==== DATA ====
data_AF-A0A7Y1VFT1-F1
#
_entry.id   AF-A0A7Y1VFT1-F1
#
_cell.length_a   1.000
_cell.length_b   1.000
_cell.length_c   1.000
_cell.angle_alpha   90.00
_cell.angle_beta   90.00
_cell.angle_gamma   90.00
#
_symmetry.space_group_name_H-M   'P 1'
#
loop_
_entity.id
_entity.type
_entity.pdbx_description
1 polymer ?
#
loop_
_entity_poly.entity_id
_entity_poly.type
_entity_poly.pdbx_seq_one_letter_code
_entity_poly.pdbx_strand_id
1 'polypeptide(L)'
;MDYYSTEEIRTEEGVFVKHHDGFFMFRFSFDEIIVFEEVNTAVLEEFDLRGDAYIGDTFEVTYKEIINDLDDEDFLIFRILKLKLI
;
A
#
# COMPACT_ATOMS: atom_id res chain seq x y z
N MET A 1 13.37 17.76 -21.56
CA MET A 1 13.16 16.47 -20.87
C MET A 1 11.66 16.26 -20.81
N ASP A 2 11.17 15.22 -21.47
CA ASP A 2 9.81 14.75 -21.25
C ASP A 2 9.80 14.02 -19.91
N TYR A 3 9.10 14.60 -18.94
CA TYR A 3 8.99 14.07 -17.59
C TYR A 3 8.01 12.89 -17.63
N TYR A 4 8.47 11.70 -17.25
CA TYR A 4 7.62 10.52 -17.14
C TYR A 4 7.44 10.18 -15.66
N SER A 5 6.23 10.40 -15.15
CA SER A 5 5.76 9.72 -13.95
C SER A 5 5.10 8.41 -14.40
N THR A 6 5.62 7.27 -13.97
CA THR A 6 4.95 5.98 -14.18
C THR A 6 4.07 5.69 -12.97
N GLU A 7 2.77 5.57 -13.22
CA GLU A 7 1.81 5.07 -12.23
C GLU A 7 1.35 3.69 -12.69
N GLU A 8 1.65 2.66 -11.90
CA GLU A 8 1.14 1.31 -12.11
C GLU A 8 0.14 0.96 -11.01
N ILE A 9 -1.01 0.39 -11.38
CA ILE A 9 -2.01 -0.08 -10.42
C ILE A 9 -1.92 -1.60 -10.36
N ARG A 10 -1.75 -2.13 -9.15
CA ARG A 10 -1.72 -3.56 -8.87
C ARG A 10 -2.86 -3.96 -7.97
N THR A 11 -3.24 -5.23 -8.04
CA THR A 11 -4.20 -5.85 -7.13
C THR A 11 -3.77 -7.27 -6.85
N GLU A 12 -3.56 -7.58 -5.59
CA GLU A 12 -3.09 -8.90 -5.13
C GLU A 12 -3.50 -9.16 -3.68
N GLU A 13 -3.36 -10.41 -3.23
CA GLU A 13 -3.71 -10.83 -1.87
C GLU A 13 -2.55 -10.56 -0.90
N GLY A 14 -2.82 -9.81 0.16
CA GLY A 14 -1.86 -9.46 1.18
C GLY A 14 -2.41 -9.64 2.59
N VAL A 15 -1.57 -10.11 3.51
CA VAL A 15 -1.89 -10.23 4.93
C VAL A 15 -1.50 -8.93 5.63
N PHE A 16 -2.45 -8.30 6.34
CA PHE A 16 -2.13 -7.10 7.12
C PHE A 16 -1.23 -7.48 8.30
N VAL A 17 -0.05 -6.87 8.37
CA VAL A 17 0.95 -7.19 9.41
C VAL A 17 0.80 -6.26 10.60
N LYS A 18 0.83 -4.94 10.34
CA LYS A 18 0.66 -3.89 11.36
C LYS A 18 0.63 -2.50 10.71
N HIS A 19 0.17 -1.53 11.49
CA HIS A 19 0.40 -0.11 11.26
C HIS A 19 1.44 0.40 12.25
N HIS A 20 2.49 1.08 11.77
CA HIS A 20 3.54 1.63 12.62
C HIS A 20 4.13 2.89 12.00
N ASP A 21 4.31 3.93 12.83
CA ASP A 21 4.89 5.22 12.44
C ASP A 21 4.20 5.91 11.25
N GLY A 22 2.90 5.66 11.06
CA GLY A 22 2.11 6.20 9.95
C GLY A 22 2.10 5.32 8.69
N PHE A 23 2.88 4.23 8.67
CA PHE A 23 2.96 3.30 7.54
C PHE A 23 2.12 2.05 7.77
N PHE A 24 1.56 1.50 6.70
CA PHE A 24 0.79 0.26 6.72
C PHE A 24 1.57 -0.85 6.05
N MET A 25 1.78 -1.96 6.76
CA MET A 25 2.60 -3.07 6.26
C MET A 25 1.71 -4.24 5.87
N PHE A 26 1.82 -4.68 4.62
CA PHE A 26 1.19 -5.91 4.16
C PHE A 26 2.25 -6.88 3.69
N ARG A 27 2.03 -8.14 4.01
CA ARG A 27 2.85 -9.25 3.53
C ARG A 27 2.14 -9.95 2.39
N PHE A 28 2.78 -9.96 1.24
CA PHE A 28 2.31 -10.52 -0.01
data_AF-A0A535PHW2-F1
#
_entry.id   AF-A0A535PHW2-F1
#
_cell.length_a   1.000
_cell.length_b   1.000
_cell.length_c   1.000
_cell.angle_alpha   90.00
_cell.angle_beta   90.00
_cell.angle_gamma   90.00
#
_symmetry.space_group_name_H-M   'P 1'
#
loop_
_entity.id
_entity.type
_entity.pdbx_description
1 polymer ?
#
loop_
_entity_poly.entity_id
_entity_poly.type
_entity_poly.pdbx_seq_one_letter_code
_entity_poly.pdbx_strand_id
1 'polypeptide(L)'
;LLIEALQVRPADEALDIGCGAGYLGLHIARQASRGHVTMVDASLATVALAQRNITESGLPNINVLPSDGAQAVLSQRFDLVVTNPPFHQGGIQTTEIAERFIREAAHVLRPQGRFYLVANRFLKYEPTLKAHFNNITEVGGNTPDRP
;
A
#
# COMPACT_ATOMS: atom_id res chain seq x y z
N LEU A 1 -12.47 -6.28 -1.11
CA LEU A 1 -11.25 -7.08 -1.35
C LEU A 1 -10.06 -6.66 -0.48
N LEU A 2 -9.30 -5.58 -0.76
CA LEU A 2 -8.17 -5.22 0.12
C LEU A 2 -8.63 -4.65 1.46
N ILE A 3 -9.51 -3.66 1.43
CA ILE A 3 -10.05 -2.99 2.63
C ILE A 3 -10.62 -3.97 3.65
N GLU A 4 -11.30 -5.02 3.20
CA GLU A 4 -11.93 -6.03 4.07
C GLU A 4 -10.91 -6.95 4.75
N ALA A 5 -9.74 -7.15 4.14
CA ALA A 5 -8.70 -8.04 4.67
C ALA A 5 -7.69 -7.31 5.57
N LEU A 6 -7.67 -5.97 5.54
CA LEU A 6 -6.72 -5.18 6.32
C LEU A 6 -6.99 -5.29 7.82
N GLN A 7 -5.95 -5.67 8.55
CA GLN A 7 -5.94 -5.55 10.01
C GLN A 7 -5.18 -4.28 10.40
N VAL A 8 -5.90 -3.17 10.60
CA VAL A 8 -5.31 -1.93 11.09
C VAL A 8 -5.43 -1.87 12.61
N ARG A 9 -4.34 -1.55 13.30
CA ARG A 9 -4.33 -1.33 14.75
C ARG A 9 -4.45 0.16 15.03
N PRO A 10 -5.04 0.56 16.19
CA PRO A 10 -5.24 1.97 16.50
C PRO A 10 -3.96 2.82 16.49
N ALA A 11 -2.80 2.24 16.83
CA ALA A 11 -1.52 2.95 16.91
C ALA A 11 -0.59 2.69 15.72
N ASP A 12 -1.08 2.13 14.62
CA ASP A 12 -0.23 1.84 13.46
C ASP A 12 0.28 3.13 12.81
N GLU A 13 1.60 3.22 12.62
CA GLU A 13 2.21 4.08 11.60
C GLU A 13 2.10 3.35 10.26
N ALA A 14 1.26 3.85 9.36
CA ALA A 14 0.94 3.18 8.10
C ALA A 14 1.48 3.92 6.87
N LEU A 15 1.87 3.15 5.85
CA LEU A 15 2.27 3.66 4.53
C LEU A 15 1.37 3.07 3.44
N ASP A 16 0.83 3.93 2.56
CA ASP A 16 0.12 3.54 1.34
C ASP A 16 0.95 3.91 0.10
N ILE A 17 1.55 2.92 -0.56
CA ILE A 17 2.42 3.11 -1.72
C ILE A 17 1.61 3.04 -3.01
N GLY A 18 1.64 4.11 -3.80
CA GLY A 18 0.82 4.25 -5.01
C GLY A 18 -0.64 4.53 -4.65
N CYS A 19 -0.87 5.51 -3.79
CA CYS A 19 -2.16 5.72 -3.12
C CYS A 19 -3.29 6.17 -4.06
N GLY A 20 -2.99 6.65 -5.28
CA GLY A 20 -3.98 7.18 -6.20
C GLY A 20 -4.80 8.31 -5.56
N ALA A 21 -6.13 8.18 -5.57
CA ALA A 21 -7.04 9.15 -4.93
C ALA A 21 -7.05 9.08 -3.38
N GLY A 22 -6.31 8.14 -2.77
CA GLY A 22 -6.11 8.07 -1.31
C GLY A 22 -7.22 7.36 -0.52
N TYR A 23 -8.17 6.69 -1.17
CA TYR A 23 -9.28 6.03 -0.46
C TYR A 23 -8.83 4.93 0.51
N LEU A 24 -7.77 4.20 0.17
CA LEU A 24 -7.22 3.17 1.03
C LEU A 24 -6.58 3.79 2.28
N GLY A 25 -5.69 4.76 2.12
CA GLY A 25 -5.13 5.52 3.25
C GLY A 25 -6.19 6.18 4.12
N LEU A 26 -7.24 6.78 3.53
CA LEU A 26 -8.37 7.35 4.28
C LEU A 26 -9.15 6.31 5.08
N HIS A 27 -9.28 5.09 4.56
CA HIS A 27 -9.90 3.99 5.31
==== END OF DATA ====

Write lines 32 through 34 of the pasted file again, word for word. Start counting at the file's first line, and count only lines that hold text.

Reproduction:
CA MET A 1 13.16 16.47 -20.87
C MET A 1 11.66 16.26 -20.81
N ASP A 2 11.17 15.22 -21.47